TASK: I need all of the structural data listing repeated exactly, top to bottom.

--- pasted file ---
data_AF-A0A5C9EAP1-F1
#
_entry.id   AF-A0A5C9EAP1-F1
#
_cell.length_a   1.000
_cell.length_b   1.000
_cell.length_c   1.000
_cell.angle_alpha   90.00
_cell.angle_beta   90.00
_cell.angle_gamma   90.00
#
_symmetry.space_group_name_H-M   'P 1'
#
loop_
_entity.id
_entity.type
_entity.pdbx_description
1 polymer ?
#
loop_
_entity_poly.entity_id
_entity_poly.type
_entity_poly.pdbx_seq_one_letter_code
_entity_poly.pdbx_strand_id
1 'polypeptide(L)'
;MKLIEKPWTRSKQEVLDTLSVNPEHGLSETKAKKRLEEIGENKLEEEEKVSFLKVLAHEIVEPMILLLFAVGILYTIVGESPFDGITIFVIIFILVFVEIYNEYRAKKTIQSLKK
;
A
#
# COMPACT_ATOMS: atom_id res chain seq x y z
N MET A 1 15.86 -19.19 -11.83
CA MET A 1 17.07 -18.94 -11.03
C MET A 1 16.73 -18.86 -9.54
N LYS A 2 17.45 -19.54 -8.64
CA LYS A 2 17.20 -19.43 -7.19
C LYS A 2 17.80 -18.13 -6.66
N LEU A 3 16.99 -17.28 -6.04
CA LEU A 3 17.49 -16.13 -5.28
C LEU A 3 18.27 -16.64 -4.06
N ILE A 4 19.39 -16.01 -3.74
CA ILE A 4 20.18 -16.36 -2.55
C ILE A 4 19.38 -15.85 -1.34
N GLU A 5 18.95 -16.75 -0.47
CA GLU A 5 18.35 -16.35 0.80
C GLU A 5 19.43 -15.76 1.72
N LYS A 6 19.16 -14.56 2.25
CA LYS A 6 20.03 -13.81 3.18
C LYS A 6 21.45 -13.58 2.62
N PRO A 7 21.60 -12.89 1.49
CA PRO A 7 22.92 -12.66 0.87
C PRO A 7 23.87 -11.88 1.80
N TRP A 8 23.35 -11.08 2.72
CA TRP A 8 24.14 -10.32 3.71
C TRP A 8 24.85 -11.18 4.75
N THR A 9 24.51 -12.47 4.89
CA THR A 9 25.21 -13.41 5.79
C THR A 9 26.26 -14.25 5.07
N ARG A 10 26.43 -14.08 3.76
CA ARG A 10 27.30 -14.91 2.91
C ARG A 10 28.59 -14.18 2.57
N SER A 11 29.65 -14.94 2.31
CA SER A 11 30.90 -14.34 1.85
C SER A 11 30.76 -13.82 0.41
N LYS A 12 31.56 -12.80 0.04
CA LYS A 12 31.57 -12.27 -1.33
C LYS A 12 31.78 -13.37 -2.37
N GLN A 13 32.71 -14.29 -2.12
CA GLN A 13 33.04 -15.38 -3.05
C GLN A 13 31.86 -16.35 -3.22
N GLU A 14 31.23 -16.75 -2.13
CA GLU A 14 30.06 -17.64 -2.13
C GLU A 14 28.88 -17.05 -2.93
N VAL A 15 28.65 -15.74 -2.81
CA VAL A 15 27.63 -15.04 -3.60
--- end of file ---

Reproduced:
data_AF-A0A5C9EAP1-F1
#
_entry.id   AF-A0A5C9EAP1-F1
#
_cell.length_a   1.000
_cell.length_b   1.000
_cell.length_c   1.000
_cell.angle_alpha   90.00
_cell.angle_beta   90.00
_cell.angle_gamma   90.00
#
_symmetry.space_group_name_H-M   'P 1'
#
loop_
_entity.id
_entity.type
_entity.pdbx_description
1 polymer ?
#
loop_
_entity_poly.entity_id
_entity_poly.type
_entity_poly.pdbx_seq_one_letter_code
_entity_poly.pdbx_strand_id
1 'polypeptide(L)'
;MKLIEKPWTRSKQEVLDTLSVNPEHGLSETKAKKRLEEIGENKLEEEEKVSFLKVLAHEIVEPMILLLFAVGILYTIVGESPFDGITIFVIIFILVFVEIYNEYRAKKTIQSLKK
;
A
#
# COMPACT_ATOMS: atom_id res chain seq x y z
N MET A 1 15.86 -19.19 -11.83
CA MET A 1 17.07 -18.94 -11.03
C MET A 1 16.73 -18.86 -9.54
N LYS A 2 17.45 -19.54 -8.64
CA LYS A 2 17.20 -19.43 -7.19
C LYS A 2 17.80 -18.13 -6.66
N LEU A 3 16.99 -17.28 -6.04
CA LEU A 3 17.49 -16.13 -5.28
C LEU A 3 18.27 -16.64 -4.06
N ILE A 4 19.39 -16.01 -3.74
CA ILE A 4 20.18 -16.36 -2.55
C ILE A 4 19.38 -15.85 -1.34
N GLU A 5 18.95 -16.75 -0.47
CA GLU A 5 18.35 -16.35 0.80
C GLU A 5 19.43 -15.76 1.72
N LYS A 6 19.16 -14.56 2.25
CA LYS A 6 20.03 -13.81 3.18
C LYS A 6 21.45 -13.58 2.62
N PRO A 7 21.60 -12.89 1.49
CA PRO A 7 22.92 -12.66 0.87
C PRO A 7 23.87 -11.88 1.80
N TRP A 8 23.35 -11.08 2.72
CA TRP A 8 24.14 -10.32 3.71
C TRP A 8 24.85 -11.18 4.75
N THR A 9 24.51 -12.47 4.89
CA THR A 9 25.21 -13.41 5.79
C THR A 9 26.26 -14.25 5.07
N ARG A 10 26.43 -14.08 3.76
CA ARG A 10 27.30 -14.91 2.91
C ARG A 10 28.59 -14.18 2.57
N SER A 11 29.65 -14.94 2.31
CA SER A 11 30.90 -14.34 1.85
C SER A 11 30.76 -13.82 0.41
N LYS A 12 31.56 -12.80 0.04
CA LYS A 12 31.57 -12.27 -1.33
C LYS A 12 31.78 -13.37 -2.37
N GLN A 13 32.71 -14.29 -2.12
CA GLN A 13 33.04 -15.38 -3.05
C GLN A 13 31.86 -16.35 -3.22
N GLU A 14 31.23 -16.75 -2.13
CA GLU A 14 30.06 -17.64 -2.13
C GLU A 14 28.88 -17.05 -2.93
N VAL A 15 28.65 -15.74 -2.81
CA VAL A 15 27.63 -15.04 -3.60